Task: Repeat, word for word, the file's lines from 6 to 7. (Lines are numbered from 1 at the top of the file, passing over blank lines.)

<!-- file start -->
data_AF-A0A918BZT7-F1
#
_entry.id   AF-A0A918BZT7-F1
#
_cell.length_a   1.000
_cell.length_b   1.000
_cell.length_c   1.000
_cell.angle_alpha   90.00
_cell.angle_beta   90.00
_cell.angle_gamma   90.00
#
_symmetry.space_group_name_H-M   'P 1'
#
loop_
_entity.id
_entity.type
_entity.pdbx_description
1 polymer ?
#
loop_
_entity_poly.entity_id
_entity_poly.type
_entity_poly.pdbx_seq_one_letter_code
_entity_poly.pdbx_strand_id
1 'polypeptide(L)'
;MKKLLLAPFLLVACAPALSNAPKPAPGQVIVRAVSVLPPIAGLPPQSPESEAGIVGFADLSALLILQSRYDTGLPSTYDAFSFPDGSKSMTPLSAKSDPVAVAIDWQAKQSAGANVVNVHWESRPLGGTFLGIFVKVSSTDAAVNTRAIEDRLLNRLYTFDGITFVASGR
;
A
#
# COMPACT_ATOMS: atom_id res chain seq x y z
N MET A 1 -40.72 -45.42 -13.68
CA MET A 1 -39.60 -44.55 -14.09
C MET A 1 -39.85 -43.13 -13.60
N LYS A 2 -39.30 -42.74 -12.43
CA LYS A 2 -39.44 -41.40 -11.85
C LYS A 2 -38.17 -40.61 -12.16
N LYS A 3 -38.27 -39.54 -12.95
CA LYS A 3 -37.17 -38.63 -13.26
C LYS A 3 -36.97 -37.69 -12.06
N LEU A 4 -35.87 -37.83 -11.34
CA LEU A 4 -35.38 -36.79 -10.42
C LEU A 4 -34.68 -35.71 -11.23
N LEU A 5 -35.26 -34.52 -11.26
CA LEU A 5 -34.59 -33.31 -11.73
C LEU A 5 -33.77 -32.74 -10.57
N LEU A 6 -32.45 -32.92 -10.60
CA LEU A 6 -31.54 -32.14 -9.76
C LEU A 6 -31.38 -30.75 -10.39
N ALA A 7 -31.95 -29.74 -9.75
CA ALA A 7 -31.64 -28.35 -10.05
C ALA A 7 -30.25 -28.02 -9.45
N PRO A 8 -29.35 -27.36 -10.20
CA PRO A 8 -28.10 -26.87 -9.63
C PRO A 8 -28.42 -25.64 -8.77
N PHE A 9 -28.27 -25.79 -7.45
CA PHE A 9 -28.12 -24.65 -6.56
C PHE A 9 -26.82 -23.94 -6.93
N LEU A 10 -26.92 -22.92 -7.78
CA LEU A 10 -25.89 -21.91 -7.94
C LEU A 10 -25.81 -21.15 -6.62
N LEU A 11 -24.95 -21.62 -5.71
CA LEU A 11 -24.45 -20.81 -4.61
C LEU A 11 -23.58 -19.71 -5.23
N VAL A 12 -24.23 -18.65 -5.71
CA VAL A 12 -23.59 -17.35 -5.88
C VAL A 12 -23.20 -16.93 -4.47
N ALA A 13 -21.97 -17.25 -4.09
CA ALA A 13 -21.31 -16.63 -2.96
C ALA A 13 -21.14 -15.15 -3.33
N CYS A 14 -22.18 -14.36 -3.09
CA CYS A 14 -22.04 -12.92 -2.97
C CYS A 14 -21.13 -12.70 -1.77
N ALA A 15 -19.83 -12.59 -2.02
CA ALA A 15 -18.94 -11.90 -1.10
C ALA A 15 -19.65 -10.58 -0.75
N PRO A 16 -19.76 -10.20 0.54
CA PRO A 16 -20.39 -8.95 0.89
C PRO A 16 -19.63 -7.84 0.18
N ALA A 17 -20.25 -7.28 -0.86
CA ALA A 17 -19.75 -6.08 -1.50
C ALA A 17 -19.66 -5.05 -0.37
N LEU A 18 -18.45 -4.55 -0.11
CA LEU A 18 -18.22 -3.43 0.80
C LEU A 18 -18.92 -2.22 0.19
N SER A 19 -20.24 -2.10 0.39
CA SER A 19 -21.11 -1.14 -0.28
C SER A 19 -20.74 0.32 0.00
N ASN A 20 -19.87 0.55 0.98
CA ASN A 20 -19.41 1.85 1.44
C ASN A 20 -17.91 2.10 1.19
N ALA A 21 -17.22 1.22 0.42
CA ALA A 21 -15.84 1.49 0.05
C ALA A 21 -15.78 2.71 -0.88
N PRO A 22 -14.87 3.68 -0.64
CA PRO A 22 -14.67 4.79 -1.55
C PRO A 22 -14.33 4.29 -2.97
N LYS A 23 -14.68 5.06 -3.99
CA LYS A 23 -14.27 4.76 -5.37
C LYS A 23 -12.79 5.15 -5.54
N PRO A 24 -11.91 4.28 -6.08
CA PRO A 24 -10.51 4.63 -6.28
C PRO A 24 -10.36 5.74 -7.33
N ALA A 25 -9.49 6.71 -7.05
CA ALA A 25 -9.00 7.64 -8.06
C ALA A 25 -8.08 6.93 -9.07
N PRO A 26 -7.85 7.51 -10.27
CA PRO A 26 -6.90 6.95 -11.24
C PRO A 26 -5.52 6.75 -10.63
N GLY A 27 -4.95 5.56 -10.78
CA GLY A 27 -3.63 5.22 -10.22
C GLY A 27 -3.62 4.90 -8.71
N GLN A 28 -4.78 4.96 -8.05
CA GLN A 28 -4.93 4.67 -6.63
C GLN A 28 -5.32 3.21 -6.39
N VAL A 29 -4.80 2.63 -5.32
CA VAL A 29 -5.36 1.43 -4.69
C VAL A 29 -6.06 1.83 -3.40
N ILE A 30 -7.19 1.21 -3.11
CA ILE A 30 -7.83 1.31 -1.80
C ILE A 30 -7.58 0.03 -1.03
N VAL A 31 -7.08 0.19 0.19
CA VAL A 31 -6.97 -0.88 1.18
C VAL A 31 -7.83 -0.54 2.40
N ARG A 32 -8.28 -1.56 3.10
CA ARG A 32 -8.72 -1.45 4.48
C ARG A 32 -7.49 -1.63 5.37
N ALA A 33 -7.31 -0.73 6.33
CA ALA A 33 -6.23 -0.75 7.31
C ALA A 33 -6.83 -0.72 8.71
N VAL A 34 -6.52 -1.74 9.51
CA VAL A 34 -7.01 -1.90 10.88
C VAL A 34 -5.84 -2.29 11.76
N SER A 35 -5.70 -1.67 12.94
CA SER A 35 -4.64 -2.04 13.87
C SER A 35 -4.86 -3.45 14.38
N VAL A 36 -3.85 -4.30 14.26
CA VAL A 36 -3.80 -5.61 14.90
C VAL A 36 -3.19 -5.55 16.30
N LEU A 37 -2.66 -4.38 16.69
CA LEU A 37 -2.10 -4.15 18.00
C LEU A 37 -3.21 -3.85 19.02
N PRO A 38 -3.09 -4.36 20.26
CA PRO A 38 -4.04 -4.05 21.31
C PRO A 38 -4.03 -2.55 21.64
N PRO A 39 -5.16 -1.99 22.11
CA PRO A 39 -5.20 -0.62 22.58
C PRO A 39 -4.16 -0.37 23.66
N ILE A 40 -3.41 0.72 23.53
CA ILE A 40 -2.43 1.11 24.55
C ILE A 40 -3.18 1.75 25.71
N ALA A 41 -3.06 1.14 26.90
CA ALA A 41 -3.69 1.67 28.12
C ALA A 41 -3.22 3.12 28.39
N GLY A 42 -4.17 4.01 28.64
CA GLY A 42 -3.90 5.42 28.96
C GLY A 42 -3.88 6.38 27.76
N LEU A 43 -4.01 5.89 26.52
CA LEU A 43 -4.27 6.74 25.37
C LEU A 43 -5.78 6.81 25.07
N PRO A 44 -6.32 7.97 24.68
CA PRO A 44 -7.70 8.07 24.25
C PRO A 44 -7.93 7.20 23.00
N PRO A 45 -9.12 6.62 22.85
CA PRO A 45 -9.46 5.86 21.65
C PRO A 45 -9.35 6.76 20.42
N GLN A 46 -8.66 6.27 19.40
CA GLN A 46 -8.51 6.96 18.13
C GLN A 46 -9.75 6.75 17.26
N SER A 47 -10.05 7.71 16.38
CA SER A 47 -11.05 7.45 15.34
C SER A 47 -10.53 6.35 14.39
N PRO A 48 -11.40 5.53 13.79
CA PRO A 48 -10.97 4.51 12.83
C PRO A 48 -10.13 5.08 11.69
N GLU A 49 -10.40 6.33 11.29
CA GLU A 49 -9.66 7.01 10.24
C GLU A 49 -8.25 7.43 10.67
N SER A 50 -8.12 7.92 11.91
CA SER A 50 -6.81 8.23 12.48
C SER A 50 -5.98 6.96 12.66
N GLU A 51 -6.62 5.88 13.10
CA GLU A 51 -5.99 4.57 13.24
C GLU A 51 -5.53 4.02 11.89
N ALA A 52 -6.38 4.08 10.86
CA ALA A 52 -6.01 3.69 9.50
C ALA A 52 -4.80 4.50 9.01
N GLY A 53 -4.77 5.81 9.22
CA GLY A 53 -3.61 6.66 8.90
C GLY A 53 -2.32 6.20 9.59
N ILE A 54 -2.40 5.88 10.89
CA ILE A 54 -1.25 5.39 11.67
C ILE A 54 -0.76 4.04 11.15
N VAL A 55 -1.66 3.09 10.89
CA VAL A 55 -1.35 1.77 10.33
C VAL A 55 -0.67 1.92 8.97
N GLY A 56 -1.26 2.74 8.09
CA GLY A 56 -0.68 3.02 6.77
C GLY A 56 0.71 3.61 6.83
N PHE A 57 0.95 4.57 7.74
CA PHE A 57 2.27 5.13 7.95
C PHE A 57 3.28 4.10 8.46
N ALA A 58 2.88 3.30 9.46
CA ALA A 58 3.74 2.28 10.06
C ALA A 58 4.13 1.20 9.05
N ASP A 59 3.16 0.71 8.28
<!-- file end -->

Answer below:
_cell.length_b   1.000
_cell.length_c   1.000